Methodological advancements regarding accelerometers to date have focused on validating the energy expenditure estimated by accelerometers [23, 28]. However, there is growing awareness of the importance of activity in addition to energy expenditure and many research studies are now focusing on accelerometer counts [29–33]. Attempts to capture different aspects of the pattern of activity have used count thresholds, for example to define breaks in sedentary behaviour [8, 32, 34] or to determine total time spent performing moderate to vigorous physical activity .In order to facilitate comparisons of categorised physical activity between studies attempts to quantify standard cut offs have been performed [35–37].
Given the importance of the outputs from objective measures and the popularity of both the Actical and ActiGraph devices in contemporary literature, the ability to compare information between devices has been recognised as important [5, 18, 19]. This includes both comparisons between reported daily data as well as the accurate determination of equivalency of thresholds for activity categories between devices. However, this synthesis of results is currently not possible, given that the Actical and ActiGraph counts are not directly comparable  as they are arbitrary units (counts per minute) from technically different devices. The raw data from activity monitors is converted into an activity count over a user defined interval following some level of filtering. Therefore, the magnitude of the counts depends on the different electrical and/or mechanical characteristics of the activity monitor, along with the level of filtering, resulting in variation between brands [18, 29, 38]. This issue was recently addressed and a conversion algorithm for daily recordings was developed between the single plane ActiGraph and the Actical . However due to a phase shift in their data that resulted in increasing discrepancies between the minute by minute conversions they were only able to provide a comparison for an average total daily accelerometer count . While this is useful, it does not allow for conversions of shorter time periods which is particularly relevant, given the recognised importance of shorter bouts of activity and within day variability [30, 31, 33, 39]. Further data is therefore required to determine whether a minute by minute conversion is feasible and to establish a conversion algorithm between the tri-axial ActiGraph and the Actical. This minute by minute conversion could also be utilised to verify equivalent activity thresholds between devices, which is critical for physical activity categorisation. Therefore, this study aimed to develop a translation equation to enable comparison between Actical and ActiGraph accelerometer counts recorded minute by minute.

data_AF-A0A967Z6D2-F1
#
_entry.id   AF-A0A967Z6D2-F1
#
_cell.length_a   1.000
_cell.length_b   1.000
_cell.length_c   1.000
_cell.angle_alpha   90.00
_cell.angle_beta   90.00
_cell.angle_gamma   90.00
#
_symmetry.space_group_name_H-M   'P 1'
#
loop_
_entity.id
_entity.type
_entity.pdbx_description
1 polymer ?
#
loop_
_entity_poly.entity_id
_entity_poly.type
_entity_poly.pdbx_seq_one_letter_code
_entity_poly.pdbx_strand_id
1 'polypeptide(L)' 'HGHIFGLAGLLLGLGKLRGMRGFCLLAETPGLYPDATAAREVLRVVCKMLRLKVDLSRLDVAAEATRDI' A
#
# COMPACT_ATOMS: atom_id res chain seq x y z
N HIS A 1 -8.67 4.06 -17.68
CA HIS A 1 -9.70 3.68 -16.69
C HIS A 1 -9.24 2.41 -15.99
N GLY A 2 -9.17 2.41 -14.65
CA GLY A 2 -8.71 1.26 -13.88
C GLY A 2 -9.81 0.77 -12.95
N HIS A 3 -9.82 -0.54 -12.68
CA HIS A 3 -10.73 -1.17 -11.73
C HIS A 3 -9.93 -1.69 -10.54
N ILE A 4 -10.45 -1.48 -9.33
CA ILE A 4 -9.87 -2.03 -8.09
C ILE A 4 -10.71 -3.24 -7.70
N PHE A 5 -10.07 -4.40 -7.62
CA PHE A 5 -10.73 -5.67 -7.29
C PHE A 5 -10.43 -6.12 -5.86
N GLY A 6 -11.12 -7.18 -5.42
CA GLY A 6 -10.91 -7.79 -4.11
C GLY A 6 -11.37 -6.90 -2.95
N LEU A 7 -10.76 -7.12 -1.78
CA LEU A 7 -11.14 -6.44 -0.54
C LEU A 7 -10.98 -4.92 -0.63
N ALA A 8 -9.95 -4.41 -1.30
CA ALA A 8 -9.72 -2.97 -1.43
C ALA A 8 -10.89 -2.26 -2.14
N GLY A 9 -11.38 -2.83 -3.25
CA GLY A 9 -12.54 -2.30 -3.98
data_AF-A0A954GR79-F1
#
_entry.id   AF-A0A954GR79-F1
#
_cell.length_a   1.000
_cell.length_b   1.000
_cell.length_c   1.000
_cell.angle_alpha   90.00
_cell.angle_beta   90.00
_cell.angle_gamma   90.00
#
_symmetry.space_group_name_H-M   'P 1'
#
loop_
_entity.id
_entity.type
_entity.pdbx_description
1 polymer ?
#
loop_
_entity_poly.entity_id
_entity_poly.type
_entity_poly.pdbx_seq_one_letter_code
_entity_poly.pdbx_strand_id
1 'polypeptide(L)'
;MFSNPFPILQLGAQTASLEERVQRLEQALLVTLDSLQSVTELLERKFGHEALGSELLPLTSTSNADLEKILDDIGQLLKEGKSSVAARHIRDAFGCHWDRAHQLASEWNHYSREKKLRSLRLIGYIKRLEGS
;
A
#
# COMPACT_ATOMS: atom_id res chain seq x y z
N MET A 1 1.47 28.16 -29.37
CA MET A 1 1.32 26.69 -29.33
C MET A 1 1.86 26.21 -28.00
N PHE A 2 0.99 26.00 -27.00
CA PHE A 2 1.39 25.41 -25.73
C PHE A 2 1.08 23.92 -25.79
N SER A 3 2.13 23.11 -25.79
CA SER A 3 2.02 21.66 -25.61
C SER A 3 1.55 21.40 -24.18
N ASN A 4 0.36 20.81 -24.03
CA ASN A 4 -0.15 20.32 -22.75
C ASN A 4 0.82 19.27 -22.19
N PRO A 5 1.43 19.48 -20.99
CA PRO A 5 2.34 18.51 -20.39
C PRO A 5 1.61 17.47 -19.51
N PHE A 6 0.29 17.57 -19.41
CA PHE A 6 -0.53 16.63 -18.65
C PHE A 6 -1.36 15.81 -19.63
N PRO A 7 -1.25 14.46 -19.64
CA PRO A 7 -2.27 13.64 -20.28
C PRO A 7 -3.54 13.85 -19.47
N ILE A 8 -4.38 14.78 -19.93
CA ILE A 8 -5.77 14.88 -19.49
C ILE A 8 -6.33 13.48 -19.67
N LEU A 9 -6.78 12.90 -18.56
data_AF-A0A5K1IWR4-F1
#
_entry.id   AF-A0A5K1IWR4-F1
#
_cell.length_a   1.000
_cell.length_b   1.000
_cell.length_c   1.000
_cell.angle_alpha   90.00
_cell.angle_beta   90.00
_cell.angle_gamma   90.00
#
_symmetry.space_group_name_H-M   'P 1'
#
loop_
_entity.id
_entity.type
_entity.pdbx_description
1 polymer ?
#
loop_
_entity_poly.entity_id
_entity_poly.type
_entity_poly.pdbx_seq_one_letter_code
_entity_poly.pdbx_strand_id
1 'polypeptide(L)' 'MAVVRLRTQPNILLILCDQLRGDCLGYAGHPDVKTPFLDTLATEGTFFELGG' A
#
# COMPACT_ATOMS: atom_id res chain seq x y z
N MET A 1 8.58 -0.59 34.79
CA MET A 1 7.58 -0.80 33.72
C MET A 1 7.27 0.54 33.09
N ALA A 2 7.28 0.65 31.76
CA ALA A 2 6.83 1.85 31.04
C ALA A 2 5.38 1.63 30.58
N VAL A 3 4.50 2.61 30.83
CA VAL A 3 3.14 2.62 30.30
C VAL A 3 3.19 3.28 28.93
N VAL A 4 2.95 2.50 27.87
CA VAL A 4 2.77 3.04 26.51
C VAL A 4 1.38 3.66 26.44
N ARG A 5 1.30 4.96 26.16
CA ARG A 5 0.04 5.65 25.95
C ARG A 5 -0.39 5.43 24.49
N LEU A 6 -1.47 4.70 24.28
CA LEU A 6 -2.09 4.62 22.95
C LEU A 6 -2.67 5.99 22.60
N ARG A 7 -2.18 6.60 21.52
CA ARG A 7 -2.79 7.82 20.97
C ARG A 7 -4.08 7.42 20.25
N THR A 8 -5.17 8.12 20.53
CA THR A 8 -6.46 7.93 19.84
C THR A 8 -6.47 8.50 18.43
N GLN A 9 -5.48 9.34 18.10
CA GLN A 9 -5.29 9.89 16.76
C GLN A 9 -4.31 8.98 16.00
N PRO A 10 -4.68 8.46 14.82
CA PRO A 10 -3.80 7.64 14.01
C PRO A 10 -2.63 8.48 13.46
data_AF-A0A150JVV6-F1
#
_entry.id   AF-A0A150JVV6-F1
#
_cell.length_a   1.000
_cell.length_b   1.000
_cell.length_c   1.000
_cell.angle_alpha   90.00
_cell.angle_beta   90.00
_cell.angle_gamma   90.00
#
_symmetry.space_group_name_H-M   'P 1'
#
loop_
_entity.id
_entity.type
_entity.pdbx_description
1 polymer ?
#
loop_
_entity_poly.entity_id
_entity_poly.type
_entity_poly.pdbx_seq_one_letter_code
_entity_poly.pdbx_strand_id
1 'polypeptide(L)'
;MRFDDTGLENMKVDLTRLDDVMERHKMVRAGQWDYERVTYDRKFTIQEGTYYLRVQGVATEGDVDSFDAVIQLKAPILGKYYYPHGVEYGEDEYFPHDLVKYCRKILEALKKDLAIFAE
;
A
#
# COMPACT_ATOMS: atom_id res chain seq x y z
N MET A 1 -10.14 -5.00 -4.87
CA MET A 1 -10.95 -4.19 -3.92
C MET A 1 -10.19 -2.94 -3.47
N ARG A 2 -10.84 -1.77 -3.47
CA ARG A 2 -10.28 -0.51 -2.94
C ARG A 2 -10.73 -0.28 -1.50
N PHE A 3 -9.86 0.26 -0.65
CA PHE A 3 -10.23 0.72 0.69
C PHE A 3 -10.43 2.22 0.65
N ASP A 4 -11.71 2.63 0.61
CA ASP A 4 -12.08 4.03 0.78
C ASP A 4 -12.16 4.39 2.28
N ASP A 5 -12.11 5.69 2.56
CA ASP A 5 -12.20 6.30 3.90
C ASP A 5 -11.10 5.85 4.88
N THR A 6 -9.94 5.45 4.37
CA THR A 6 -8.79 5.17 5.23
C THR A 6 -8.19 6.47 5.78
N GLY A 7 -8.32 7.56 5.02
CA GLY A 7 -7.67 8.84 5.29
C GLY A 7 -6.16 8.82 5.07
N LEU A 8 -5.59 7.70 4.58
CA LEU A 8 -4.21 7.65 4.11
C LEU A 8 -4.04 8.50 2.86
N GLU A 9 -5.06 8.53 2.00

The protocol for this study was approved by the Curtin University Human Ethics Review Committee. Ten healthy adults (5 males and 5 females) provided informed consent and participated in this study. The participants were a convenience sample selected to represent both sexes and a range of ages (mean 37.5, range 26–52), heights (mean 174.5 cm, range 158–195), weights (mean 72.1 kg, range 54–104) and daily activity patterns (mainly sedentary work, mainly active work, no leisure physical activity, regular moderate/vigorous leisure activity).
Participants were provided with one Actical and ActiGraph fixed directly next to each other on an adjustable belt. Participants were instructed on the accurate positioning of the accelerometers; worn securely over the right anterior superior iliac crest, and asked to wear the monitors for two days. Participants were also required to complete a simple activity diary, where any changes to activity/unusual activities and times of any device removal/re-application were recorded.
Three different devices of each model were utilised due to the differences that have been demonstrated to exist between units. Prior to being worn by the participants, the devices were calibrated and configured for recording using the same computer. This ensured the internal clocks were configured to precisely the same time in order to minimise phase shift between units.